Definitely not! Giving up dairy to get lean is one of the biggest diet myths. This is most likely due to the fact that a certain percentage of people are lactose intolerant (ie, unable to properly digest milk sugar), which often leads to bloating and therefore a smooth-looking body. However, lactose intolerance does not increase fat storage or affect fat burning ability.
The fact is, consuming dairy products actually promotes fat loss. This is mainly due to its high calcium content. Most people know that calcium is important for strong bones, but what isn’t as well understood is that it also mediates many other bodily functions, including speeding up metabolic function. Although the exact mechanism is not clear, it appears to be related to their regulatory effects on the calcitrophic hormones (ie, parathyroid hormone and a hormone called 1,25(OH)2D), which are known activators of lipogenesis (ie, fat formation). Specifically, low-calcium diets increase calcitrophic hormone activity and thus increase fat storage, while high-calcium diets suppress these hormones and thereby increase fat metabolism. In fact, simply increasing calcium intake from 400 mg to 1,000 mg over a period of one year has been shown to result in a loss of about 11 pounds of fat without changing any other facet of the diet.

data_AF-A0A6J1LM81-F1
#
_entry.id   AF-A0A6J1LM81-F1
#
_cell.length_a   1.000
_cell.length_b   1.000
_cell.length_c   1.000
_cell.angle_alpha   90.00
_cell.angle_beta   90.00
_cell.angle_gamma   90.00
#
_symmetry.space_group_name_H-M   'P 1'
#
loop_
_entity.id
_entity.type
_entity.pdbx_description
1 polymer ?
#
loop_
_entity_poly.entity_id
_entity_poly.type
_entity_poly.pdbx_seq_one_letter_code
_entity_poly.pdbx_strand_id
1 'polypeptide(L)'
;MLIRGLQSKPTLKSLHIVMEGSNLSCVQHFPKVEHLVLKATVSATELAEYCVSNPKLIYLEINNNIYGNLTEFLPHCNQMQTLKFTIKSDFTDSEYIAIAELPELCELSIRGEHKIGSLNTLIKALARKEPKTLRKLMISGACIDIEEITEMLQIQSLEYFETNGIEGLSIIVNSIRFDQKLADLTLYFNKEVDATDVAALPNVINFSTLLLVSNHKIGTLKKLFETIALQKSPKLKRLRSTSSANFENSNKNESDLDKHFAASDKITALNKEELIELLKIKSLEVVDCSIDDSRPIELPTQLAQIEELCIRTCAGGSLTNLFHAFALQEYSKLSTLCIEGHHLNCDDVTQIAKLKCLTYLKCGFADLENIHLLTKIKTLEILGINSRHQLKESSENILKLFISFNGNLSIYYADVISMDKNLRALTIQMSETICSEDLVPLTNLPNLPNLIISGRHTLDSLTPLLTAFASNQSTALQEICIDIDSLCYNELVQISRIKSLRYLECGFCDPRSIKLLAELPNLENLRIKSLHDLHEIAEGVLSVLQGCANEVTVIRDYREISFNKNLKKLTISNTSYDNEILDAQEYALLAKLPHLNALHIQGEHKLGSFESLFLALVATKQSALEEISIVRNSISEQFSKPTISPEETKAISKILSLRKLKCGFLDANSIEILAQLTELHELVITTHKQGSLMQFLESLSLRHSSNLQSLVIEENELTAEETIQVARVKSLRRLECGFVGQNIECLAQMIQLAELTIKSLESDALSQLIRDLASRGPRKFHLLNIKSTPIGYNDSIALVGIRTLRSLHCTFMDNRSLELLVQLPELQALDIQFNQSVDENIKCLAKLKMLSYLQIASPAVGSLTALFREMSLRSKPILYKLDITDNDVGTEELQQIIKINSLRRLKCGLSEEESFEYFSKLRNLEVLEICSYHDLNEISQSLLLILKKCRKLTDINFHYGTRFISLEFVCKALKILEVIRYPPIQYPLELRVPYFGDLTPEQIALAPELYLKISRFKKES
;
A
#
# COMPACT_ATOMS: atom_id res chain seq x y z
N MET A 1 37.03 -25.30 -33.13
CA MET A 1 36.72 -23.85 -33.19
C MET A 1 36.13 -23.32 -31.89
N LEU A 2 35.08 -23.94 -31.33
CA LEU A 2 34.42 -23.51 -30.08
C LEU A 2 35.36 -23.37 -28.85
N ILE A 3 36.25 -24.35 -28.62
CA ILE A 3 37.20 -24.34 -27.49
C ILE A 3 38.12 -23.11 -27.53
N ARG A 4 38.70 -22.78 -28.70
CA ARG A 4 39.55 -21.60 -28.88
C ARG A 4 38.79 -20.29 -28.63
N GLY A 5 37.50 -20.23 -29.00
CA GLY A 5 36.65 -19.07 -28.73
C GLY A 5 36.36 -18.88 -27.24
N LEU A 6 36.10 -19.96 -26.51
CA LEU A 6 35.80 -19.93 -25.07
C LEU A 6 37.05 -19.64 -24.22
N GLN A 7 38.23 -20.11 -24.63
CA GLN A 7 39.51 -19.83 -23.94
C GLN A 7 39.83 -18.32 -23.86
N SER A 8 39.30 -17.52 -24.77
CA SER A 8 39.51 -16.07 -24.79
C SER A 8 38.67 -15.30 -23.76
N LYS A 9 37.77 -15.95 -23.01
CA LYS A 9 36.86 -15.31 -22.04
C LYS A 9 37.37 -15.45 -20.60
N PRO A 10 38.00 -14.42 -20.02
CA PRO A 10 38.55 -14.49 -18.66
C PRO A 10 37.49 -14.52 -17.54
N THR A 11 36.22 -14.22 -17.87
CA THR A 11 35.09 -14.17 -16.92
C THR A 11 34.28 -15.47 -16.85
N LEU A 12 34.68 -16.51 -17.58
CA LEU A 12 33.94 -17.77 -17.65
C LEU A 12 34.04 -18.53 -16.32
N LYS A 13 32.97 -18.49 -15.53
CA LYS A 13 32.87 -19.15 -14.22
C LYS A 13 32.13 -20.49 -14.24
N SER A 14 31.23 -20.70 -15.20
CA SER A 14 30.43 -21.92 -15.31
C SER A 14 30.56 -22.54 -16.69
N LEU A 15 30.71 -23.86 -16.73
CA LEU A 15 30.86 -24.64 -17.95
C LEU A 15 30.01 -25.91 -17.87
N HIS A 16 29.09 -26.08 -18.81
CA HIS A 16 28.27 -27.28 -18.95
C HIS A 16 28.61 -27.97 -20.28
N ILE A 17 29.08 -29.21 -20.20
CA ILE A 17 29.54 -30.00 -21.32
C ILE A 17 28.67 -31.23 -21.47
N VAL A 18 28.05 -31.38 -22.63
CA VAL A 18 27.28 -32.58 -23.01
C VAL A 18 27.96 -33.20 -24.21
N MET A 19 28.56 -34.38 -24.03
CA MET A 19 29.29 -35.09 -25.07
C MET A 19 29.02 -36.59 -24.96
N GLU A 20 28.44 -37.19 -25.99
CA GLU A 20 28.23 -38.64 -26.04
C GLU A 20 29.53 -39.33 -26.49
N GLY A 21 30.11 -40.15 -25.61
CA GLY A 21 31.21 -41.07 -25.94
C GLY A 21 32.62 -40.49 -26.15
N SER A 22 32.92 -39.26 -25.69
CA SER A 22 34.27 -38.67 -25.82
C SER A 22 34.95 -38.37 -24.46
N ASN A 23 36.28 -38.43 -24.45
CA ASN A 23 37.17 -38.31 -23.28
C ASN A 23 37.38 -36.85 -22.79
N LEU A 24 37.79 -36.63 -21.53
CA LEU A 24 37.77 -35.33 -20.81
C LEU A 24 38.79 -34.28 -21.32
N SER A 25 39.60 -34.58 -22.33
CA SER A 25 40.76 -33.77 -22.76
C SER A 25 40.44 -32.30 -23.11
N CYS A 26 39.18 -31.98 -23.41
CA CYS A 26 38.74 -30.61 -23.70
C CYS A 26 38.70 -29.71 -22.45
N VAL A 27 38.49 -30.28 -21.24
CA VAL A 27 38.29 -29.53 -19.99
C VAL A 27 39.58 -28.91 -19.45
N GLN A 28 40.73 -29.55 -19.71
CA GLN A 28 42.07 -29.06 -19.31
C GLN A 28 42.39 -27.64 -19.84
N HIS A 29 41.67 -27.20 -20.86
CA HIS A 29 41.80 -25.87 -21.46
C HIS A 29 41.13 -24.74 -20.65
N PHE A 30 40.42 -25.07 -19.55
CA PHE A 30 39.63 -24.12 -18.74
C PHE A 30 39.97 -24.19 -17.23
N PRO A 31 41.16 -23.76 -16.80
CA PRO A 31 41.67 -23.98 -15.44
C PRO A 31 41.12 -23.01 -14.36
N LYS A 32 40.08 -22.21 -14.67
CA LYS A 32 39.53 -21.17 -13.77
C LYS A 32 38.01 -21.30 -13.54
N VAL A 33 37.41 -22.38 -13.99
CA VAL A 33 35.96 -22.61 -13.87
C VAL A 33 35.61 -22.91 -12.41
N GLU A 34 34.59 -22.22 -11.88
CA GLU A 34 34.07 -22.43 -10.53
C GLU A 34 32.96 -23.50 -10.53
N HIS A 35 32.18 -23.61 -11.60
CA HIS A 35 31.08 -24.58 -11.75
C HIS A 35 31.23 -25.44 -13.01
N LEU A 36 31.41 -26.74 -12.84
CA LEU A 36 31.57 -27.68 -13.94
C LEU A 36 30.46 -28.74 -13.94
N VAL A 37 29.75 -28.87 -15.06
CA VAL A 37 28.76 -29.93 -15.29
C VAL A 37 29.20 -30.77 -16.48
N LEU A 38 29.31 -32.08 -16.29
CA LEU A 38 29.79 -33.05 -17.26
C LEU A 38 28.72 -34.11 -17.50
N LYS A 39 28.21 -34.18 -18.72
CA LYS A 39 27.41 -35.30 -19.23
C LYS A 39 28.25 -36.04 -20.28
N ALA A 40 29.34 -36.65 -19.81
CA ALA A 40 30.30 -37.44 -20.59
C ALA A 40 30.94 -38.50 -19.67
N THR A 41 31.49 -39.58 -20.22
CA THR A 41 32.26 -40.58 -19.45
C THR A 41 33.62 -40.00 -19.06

Most interestingly, getting calcium from dairy products promotes fat loss at a much greater rate than taking calcium supplements. This is believed to be due to several bioactive compounds in dairy, including angiotensin-converting enzyme inhibitors and a high concentration of branched-chain amino acids (especially leucine), which work with calcium to burn fat.
So if you want to maximize your body’s fat-burning capacity, consume a healthy amount of dairy in your diet, with the majority being reduced-fat products. Saturated fat is calorically dense and biologically inert. It only serves to increase calorie consumption and impair fat burning. Low-fat cottage cheese, milk, and yogurt are excellent sources of calcium that don’t cause calories from food to pile up in a hurry.
The other thing to watch out for in dairy products is the added sodium. In and of itself, sodium is a necessary part of your diet and plays an important role in hydration and muscle function. But too much will inevitably lead to water retention and a puffy appearance. Examine labels. Some dairy products contain upwards of 500 mg of sodium — far more than you need in one isolated serving.
If you are lactose intolerant, opt for lactose-free dairy products. You can also buy lactose tablets, which provide the enzyme lactase, which helps digest the sugars found in dairy products. A very small percentage of the population is allergic to dairy products (less than 3 percent). If you fall into this category, you have no choice but to abstain from consumption.